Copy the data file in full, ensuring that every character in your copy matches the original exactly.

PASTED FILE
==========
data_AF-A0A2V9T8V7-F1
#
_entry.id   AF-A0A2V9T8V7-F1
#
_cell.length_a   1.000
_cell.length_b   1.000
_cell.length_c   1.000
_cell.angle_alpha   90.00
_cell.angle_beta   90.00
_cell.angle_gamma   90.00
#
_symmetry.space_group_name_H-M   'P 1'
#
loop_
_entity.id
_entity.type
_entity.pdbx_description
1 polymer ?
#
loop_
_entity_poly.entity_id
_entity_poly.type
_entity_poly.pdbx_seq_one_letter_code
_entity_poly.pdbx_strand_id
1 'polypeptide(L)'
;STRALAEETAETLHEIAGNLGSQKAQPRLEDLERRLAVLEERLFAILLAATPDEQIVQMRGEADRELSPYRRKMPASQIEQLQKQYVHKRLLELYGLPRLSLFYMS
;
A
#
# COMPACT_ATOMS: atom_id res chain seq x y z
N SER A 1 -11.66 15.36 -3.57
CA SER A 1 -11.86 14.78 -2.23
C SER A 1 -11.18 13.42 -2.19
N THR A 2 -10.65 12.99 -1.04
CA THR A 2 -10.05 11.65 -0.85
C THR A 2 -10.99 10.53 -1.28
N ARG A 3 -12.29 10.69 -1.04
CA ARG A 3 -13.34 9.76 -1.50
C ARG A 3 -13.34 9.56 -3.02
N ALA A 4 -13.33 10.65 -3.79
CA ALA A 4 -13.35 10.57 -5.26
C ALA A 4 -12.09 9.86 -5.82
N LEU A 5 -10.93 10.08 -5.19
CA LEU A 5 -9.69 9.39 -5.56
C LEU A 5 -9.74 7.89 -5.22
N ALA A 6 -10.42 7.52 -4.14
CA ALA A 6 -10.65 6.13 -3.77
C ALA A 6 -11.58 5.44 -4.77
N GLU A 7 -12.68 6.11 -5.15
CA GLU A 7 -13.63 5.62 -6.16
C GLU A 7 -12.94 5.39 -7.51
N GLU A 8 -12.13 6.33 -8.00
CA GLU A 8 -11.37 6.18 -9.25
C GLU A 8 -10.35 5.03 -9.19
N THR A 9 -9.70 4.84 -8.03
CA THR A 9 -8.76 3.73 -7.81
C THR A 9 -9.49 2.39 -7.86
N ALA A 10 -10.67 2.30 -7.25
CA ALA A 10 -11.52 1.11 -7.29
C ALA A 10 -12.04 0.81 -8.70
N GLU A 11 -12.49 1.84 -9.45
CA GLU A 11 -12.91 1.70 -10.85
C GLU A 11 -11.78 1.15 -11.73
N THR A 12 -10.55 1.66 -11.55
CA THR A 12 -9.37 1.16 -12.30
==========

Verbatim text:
data_AF-A0A2V9T8V7-F1
#
_entry.id   AF-A0A2V9T8V7-F1
#
_cell.length_a   1.000
_cell.length_b   1.000
_cell.length_c   1.000
_cell.angle_alpha   90.00
_cell.angle_beta   90.00
_cell.angle_gamma   90.00
#
_symmetry.space_group_name_H-M   'P 1'
#
loop_
_entity.id
_entity.type
_entity.pdbx_description
1 polymer ?
#
loop_
_entity_poly.entity_id
_entity_poly.type
_entity_poly.pdbx_seq_one_letter_code
_entity_poly.pdbx_strand_id
1 'polypeptide(L)'
;STRALAEETAETLHEIAGNLGSQKAQPRLEDLERRLAVLEERLFAILLAATPDEQIVQMRGEADRELSPYRRKMPASQIEQLQKQYVHKRLLELYGLPRLSLFYMS
;
A
#
# COMPACT_ATOMS: atom_id res chain seq x y z
N SER A 1 -11.66 15.36 -3.57
CA SER A 1 -11.86 14.78 -2.23
C SER A 1 -11.18 13.42 -2.19
N THR A 2 -10.65 12.99 -1.04
CA THR A 2 -10.05 11.65 -0.85
C THR A 2 -10.99 10.53 -1.28
N ARG A 3 -12.29 10.69 -1.04
CA ARG A 3 -13.34 9.76 -1.50
C ARG A 3 -13.34 9.56 -3.02
N ALA A 4 -13.33 10.65 -3.79
CA ALA A 4 -13.35 10.57 -5.26
C ALA A 4 -12.09 9.86 -5.82
N LEU A 5 -10.93 10.08 -5.19
CA LEU A 5 -9.69 9.39 -5.56
C LEU A 5 -9.74 7.89 -5.22
N ALA A 6 -10.42 7.52 -4.14
CA ALA A 6 -10.65 6.13 -3.77
C ALA A 6 -11.58 5.44 -4.77
N GLU A 7 -12.68 6.11 -5.15
CA GLU A 7 -13.63 5.62 -6.16
C GLU A 7 -12.94 5.39 -7.51
N GLU A 8 -12.13 6.33 -8.00
CA GLU A 8 -11.37 6.18 -9.25
C GLU A 8 -10.35 5.03 -9.19
N THR A 9 -9.70 4.84 -8.03
CA THR A 9 -8.76 3.73 -7.81
C THR A 9 -9.49 2.39 -7.86
N ALA A 10 -10.67 2.30 -7.25
CA ALA A 10 -11.52 1.11 -7.29
C ALA A 10 -12.04 0.81 -8.70
N GLU A 11 -12.49 1.84 -9.45
CA GLU A 11 -12.91 1.70 -10.85
C GLU A 11 -11.78 1.15 -11.73
N THR A 12 -10.55 1.66 -11.55
CA THR A 12 -9.37 1.16 -12.30